Updated: Apr 2
Anyone Else Tired?
I wrote this one back in September 2020, but the themes resonate today, so I'm bringing it back.
Yep, that's me folks, and that's me fatigued. I'm tired. And I know I don't have it as bad as others, and frankly I don't believe I have it that bad at all. I'm more or less healthy (no COVID), and my family is too; my kids are in daycare and so far we figured out the hybrid kindergarten situation (2 hours in the AM, then a pod for play and remote instruction time at home with a small group of peers led by a family-shared nanny/babysitter/e-learning leader); I'm employed and my wife is too; we have a roof over our head and can put food on the table. See...not that bad. I can't imagine what others must be going through.
There's not much I, you, can do about the events that unfold around us, but find ways to take it all in, digest what you can, and move forwards with as much positivity as possible. But...I'm tired.
Self Help time! For my own edification, I wanted to find simple, and time effective, ways of getting some energy boosts. I turned to an old trusted source WebMD for support, and I think there's some gems to take away from this 2014 article by heath writer Peter Jaret. The article lists 9 things you can do to get your energy back.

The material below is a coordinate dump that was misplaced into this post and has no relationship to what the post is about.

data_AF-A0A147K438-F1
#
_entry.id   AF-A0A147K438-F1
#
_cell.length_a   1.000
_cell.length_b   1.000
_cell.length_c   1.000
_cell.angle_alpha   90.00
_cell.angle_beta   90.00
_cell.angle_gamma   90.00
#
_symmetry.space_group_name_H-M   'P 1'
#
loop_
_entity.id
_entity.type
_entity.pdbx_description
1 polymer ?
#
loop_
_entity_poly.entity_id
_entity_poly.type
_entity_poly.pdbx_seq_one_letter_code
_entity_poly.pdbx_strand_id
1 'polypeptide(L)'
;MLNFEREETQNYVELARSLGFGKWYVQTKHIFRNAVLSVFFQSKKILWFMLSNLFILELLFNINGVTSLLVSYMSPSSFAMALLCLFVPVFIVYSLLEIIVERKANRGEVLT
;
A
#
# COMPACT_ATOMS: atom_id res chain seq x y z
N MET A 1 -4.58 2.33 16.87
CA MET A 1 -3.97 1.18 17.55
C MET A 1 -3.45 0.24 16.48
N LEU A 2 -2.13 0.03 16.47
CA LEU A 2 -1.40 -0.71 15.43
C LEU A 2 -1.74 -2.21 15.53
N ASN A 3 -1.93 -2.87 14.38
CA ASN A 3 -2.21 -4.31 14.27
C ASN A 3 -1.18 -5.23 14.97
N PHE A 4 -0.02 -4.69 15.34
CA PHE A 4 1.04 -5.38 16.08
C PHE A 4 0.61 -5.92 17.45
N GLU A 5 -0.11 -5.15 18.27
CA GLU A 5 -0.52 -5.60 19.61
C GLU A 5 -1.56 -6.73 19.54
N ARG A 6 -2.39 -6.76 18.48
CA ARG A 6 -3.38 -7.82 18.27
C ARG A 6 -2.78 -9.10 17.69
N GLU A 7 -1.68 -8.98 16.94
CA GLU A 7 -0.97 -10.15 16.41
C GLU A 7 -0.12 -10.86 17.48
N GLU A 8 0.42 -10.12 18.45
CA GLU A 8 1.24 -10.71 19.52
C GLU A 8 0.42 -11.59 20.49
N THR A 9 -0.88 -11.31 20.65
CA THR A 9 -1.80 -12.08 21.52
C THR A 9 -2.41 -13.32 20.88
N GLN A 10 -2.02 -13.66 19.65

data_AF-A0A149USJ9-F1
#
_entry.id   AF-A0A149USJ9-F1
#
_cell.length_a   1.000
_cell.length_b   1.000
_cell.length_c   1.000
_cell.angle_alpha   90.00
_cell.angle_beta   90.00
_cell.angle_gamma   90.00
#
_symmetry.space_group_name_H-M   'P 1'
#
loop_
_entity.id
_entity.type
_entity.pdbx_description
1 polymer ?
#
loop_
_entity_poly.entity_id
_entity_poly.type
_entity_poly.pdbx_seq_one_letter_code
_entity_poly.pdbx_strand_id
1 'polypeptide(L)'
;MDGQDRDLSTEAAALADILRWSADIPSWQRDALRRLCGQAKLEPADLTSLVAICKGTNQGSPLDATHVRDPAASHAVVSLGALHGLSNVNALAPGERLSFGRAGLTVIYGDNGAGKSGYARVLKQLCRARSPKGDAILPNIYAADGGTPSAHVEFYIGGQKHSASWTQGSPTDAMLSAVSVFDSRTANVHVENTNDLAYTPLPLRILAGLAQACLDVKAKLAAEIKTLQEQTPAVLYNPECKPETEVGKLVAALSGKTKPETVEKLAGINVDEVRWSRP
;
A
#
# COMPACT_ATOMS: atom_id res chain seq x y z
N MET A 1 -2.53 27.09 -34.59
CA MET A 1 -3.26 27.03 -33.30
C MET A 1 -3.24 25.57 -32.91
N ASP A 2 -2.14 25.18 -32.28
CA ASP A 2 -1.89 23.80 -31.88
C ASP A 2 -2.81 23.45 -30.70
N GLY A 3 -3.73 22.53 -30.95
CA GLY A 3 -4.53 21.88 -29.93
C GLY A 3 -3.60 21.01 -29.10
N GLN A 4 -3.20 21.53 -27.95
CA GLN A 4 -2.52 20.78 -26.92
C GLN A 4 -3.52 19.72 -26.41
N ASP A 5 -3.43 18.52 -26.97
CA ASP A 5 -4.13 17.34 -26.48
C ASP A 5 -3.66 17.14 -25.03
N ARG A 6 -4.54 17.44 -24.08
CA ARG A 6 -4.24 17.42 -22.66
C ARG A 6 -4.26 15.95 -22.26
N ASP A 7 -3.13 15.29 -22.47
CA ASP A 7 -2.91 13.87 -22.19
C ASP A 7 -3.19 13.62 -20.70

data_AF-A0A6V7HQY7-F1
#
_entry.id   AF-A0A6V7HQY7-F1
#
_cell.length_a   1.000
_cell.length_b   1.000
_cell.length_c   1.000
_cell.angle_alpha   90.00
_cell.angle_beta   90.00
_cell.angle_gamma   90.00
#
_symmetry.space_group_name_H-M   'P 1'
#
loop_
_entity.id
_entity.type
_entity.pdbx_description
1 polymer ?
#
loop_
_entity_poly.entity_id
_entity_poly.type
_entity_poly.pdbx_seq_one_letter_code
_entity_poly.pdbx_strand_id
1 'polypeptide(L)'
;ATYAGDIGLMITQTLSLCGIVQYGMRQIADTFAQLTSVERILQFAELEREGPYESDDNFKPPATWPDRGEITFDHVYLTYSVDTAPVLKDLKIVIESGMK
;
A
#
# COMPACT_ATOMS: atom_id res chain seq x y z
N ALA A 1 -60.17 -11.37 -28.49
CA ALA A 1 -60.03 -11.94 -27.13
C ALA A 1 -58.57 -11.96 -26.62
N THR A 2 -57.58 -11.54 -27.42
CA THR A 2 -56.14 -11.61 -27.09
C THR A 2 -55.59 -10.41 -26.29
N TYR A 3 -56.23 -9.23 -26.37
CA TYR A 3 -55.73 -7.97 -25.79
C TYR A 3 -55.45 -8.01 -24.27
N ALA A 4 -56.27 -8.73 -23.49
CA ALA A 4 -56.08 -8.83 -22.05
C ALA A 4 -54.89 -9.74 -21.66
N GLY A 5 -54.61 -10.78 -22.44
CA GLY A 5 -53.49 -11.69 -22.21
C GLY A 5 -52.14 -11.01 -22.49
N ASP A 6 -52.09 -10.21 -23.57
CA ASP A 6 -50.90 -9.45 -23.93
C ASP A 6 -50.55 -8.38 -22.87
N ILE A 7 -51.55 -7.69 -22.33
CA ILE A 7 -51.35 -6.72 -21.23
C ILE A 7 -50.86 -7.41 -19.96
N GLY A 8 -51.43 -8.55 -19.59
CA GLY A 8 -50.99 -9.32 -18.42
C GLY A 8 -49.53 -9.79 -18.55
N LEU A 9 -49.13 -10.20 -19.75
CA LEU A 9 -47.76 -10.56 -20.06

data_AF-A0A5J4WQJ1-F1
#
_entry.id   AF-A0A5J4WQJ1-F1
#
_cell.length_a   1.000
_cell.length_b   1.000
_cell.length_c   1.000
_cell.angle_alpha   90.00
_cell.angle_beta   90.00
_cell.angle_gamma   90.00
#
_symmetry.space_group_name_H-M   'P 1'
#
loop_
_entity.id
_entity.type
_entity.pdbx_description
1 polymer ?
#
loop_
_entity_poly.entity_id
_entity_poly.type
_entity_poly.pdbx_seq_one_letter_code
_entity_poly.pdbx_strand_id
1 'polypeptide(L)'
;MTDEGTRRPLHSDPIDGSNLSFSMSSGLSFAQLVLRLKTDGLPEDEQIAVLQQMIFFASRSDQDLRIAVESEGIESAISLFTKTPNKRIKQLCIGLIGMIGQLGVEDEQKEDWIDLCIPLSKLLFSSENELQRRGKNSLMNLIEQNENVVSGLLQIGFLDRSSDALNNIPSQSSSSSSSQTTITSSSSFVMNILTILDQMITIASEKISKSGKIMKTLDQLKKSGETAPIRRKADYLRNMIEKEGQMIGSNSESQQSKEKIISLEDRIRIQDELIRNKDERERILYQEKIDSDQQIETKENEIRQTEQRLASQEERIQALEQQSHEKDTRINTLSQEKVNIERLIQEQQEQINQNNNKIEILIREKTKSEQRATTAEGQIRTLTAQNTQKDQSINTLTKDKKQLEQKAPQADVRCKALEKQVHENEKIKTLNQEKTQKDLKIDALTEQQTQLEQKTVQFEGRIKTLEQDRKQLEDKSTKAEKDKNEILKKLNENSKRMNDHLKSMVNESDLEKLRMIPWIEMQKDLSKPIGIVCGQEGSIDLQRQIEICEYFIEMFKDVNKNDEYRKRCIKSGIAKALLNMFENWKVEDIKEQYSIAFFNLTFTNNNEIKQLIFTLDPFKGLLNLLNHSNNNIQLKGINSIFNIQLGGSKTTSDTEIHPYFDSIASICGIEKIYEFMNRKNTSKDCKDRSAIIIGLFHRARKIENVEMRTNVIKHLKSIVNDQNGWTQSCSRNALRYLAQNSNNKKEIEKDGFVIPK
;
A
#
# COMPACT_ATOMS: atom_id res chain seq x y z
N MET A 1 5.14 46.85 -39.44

Another article I found very helpful was from Tiny Buddha founder Lori Deschene on how to deal with exhaustion. Lori provides a nice list of helpful things to implement. Much of what she says seems straightforward (eat better, getting more light (sun or lamps)), but I gravitated towards the less obvious, one in particular: "Be gentle with yourself." Do you do this enough? I know I don't. Deschene's simple advice to do breathing exercises seems so simple, but also too important to ignore.
Being fatigued or tired un-focuses our minds and lures us away from productivity. Anything we can do to be more mindful is the key. Mindfulness isn't fluffy pop-science ; it’s a psychologically researched technique to help us focus on the present without judgement. From Psychology Today:
"The goal of mindfulness is to cultivate perspective on one’s consciousness and identity that can bring greater peace mentally and relationally. Mindfulness may also be used in mindfulness-based therapies, to address stress, anxiety, or pain, and simply to become more relaxed."
I'm no Buddhist, but I can appreciate the clinical relevance and simplicity of relevance mindfulness: If you're always focusing on the present, then you control the past and future.
World renowned Zen master Thich Nhat Hanh (pictured above) says it best: “Mindfulness is like that—it is the miracle which can call back in a flash our dispersed mind and restore it to wholeness so that we can live each minute of life.”
So maybe there's something to being tired; to be slowed down to a mindful pace to immerse yourself in each passing moment to enjoy it for what it is. Noodle, on that...I'm going to bed.
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